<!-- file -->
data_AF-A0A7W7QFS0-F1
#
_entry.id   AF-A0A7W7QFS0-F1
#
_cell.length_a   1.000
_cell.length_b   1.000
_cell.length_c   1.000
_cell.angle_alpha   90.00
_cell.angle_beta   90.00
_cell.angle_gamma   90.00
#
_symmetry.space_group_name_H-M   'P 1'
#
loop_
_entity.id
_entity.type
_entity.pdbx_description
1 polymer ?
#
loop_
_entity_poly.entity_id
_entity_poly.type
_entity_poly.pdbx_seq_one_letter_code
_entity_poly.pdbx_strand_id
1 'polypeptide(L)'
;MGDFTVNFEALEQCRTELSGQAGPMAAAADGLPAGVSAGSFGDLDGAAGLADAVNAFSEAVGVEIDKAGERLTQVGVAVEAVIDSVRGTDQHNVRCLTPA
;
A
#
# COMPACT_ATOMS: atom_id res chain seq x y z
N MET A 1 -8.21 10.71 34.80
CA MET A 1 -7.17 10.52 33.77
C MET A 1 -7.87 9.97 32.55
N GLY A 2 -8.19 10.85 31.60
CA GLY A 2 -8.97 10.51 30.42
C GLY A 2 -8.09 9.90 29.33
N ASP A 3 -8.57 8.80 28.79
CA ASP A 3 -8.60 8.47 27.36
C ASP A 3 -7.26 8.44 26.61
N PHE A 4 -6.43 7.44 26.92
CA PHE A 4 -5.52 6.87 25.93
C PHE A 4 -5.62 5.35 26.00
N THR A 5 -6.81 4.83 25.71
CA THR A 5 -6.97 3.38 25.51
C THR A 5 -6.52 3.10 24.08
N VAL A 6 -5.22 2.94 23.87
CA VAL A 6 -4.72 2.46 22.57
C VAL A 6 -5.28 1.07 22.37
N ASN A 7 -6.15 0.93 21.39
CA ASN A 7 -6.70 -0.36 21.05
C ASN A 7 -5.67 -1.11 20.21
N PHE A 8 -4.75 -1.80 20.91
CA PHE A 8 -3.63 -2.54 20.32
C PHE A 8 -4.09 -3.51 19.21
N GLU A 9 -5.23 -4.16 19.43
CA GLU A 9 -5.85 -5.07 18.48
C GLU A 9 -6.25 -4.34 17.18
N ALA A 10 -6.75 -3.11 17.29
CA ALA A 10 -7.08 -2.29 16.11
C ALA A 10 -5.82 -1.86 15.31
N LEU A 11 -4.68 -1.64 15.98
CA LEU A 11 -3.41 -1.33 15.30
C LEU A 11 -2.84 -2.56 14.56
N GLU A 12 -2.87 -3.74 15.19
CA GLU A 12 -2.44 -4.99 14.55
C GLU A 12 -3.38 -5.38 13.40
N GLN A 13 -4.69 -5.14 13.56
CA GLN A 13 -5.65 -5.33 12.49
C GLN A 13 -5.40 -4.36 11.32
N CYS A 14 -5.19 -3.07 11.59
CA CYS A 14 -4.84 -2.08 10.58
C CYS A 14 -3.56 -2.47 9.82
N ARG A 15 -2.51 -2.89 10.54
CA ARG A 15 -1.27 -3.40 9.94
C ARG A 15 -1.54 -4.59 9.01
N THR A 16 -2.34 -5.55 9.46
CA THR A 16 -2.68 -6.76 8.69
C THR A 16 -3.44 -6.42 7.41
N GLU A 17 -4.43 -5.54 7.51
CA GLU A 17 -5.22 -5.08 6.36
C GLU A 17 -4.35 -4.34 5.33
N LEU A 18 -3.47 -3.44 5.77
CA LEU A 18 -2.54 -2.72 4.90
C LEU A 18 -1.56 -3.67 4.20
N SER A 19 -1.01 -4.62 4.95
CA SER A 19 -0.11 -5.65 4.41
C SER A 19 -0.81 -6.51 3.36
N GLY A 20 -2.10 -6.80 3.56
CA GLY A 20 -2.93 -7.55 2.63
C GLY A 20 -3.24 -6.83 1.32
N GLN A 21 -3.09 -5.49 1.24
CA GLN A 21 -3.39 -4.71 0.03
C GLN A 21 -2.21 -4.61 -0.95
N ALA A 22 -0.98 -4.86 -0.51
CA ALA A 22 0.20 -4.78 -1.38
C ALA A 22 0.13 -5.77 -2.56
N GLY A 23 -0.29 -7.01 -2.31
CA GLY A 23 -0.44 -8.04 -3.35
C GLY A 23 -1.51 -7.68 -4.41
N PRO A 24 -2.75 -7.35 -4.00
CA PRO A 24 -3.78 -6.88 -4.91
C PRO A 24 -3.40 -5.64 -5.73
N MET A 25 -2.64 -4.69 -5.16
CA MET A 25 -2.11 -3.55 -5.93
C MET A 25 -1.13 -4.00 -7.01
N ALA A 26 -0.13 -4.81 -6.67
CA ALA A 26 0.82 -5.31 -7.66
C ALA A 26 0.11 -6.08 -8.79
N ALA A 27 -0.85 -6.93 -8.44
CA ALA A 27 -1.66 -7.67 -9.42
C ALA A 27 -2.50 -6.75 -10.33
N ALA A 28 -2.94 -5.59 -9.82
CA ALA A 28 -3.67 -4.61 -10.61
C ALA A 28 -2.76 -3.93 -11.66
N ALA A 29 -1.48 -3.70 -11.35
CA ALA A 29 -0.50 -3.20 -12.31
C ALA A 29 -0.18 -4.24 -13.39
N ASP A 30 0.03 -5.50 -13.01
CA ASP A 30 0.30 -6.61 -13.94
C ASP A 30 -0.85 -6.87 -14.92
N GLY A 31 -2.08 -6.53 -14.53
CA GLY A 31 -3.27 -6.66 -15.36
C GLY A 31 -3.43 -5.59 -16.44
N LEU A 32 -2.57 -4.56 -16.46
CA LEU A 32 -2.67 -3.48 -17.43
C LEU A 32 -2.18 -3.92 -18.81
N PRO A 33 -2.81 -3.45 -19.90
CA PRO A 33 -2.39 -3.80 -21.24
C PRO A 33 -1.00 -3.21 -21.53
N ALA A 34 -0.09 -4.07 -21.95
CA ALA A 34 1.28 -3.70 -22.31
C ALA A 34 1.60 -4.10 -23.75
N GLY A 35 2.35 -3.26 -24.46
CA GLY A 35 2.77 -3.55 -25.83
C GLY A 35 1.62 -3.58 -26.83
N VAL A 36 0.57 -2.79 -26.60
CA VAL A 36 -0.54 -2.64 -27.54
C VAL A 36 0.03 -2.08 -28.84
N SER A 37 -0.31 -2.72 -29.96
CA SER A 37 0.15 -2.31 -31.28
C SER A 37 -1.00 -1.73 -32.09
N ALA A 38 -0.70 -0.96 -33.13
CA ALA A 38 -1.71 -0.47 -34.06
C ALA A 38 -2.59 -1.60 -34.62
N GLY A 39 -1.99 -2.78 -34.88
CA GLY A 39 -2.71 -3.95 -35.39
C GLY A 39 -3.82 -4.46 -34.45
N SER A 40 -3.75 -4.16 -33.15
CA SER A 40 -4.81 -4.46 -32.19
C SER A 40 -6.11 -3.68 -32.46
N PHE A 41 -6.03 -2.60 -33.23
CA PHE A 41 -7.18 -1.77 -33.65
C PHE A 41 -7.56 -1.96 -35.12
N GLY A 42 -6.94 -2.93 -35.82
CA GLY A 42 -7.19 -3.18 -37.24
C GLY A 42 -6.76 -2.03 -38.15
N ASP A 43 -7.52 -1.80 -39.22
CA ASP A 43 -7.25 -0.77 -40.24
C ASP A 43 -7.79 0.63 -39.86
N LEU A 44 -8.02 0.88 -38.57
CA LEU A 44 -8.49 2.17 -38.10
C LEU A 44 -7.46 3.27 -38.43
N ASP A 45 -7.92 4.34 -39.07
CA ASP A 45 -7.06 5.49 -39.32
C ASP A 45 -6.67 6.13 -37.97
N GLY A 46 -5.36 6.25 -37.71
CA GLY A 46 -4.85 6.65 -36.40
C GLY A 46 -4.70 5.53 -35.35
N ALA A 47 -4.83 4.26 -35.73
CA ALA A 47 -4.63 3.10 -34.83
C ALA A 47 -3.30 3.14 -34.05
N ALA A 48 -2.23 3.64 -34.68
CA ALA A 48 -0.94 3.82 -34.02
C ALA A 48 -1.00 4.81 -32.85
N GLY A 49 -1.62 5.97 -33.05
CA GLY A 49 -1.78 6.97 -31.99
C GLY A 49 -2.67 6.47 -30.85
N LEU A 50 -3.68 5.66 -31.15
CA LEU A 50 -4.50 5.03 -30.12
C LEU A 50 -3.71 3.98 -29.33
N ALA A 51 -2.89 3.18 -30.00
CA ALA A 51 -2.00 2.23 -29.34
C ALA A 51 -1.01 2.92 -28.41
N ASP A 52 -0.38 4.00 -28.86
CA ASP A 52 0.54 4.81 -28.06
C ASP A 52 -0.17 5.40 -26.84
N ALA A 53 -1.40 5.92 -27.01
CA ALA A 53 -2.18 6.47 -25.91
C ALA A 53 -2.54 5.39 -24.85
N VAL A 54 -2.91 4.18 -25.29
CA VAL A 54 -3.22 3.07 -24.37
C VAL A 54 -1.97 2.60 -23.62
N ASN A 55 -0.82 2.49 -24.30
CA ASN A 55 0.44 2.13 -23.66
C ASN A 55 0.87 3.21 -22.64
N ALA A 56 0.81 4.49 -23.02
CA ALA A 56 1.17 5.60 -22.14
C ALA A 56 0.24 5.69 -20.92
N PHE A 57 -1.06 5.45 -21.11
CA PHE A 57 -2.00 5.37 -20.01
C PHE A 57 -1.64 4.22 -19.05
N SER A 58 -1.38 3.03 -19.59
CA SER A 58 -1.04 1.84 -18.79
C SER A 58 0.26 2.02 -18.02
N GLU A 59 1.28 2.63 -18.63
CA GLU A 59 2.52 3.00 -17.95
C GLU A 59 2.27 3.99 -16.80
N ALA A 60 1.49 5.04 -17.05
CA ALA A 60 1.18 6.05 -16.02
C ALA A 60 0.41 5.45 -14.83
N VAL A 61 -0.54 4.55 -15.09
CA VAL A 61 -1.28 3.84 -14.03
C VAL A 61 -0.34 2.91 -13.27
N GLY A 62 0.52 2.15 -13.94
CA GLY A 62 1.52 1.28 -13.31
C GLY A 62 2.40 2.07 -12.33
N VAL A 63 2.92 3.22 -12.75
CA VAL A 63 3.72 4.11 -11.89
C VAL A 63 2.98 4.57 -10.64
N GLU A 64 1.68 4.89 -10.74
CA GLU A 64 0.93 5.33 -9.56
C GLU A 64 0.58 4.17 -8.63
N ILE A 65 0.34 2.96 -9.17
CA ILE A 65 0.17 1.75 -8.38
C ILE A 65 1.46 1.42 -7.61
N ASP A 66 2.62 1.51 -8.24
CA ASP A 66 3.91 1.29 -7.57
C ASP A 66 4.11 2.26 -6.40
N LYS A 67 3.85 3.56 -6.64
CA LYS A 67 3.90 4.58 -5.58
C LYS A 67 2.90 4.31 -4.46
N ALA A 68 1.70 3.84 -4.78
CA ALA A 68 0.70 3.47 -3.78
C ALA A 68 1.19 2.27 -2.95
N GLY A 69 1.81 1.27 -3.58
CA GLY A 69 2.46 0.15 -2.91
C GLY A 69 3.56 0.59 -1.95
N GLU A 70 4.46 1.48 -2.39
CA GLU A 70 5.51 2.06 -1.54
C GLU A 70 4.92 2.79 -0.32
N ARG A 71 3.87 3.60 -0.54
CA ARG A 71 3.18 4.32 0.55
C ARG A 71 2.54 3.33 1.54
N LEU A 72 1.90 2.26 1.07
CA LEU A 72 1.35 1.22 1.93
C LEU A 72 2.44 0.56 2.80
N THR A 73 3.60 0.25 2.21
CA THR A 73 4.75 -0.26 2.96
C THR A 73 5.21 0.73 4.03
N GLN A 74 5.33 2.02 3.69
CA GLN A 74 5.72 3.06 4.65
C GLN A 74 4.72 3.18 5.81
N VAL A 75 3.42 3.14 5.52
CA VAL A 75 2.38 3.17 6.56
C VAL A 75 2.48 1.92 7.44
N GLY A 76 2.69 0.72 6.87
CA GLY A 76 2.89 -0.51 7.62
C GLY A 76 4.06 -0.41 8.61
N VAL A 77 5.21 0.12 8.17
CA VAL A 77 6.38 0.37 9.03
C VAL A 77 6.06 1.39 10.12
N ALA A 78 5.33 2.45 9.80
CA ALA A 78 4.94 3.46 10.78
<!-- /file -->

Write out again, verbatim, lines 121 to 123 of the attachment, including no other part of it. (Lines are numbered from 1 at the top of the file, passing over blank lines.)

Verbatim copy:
N GLY A 31 -2.08 -6.53 -14.53
CA GLY A 31 -3.27 -6.66 -15.36
C GLY A 31 -3.43 -5.59 -16.44